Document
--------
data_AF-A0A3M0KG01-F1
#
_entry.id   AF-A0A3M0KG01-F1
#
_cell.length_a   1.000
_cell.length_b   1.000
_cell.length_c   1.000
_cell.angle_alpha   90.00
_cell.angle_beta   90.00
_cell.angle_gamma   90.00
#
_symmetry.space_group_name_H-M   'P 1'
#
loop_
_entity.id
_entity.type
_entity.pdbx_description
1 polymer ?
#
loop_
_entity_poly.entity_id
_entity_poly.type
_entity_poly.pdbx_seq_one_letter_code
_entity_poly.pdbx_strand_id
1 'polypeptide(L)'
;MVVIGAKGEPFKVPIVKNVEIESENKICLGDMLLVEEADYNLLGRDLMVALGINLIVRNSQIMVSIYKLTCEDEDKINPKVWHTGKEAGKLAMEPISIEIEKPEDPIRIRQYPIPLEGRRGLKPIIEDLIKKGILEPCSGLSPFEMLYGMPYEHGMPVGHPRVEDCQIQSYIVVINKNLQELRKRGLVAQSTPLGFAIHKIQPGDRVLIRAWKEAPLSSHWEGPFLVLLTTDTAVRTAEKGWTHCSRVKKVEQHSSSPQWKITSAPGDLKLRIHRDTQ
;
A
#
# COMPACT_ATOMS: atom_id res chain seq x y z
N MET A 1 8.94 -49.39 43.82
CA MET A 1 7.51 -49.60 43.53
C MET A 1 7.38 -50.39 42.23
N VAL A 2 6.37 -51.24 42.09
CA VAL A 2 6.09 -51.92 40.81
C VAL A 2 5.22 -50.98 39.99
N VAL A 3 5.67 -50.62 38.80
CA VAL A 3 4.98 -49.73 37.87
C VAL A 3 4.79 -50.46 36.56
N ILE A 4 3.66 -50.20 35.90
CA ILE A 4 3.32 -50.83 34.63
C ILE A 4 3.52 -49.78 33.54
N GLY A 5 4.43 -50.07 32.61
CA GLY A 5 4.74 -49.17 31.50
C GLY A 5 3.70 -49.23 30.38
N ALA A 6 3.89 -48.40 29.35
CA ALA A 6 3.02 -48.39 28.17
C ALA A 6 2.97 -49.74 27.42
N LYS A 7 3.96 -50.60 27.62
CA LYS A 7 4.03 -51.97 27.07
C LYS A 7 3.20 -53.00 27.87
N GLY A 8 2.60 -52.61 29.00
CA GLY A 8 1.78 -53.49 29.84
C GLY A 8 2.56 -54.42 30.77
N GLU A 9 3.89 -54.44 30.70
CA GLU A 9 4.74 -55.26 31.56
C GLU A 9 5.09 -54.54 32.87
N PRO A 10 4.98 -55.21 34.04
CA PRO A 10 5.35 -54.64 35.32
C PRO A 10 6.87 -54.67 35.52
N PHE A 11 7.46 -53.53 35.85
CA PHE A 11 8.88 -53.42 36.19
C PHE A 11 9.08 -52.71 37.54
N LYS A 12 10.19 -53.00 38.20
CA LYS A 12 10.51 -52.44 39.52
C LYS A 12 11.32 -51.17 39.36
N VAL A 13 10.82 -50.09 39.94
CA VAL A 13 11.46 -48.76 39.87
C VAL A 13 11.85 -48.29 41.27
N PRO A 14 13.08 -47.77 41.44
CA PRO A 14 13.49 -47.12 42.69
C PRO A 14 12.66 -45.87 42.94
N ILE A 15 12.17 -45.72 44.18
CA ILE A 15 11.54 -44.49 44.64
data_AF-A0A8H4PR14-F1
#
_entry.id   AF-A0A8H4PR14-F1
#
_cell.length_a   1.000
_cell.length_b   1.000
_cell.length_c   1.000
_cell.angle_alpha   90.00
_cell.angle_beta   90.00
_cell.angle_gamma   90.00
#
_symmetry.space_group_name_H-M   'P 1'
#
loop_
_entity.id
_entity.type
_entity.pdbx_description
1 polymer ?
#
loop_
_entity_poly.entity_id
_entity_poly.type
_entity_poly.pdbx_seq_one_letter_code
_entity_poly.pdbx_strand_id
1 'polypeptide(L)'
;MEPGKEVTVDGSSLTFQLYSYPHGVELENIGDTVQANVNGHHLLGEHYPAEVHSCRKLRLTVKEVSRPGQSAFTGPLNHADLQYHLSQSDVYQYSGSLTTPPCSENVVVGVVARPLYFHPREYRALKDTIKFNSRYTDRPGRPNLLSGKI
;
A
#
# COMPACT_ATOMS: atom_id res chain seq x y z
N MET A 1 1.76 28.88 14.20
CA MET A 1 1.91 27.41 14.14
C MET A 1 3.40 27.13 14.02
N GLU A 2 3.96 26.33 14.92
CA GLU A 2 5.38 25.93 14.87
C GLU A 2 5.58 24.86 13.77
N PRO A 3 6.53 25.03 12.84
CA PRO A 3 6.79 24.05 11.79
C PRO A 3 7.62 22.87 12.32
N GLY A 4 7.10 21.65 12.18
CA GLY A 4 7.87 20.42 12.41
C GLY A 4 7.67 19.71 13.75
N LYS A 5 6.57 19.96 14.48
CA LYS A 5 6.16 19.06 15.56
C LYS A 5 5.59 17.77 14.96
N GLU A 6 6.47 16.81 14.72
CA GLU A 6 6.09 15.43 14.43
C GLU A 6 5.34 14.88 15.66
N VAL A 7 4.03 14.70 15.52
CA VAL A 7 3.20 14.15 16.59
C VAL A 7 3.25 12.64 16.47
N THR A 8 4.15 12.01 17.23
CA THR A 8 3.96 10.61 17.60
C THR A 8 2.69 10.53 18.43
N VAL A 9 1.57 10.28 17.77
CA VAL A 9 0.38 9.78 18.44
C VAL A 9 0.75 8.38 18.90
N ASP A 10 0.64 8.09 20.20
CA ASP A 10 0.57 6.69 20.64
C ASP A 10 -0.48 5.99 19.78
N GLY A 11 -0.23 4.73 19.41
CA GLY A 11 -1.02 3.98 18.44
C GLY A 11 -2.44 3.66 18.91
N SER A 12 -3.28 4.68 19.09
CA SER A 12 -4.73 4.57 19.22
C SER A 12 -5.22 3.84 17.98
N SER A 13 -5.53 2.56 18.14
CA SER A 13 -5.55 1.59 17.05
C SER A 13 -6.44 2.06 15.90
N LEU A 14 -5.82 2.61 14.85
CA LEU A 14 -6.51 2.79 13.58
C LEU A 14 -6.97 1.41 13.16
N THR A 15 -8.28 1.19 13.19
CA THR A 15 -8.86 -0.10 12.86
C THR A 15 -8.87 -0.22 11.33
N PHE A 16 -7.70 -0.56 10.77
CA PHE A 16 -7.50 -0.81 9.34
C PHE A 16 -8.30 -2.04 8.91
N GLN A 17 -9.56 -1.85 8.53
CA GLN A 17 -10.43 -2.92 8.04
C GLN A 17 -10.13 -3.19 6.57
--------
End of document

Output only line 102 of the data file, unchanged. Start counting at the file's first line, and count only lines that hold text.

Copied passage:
A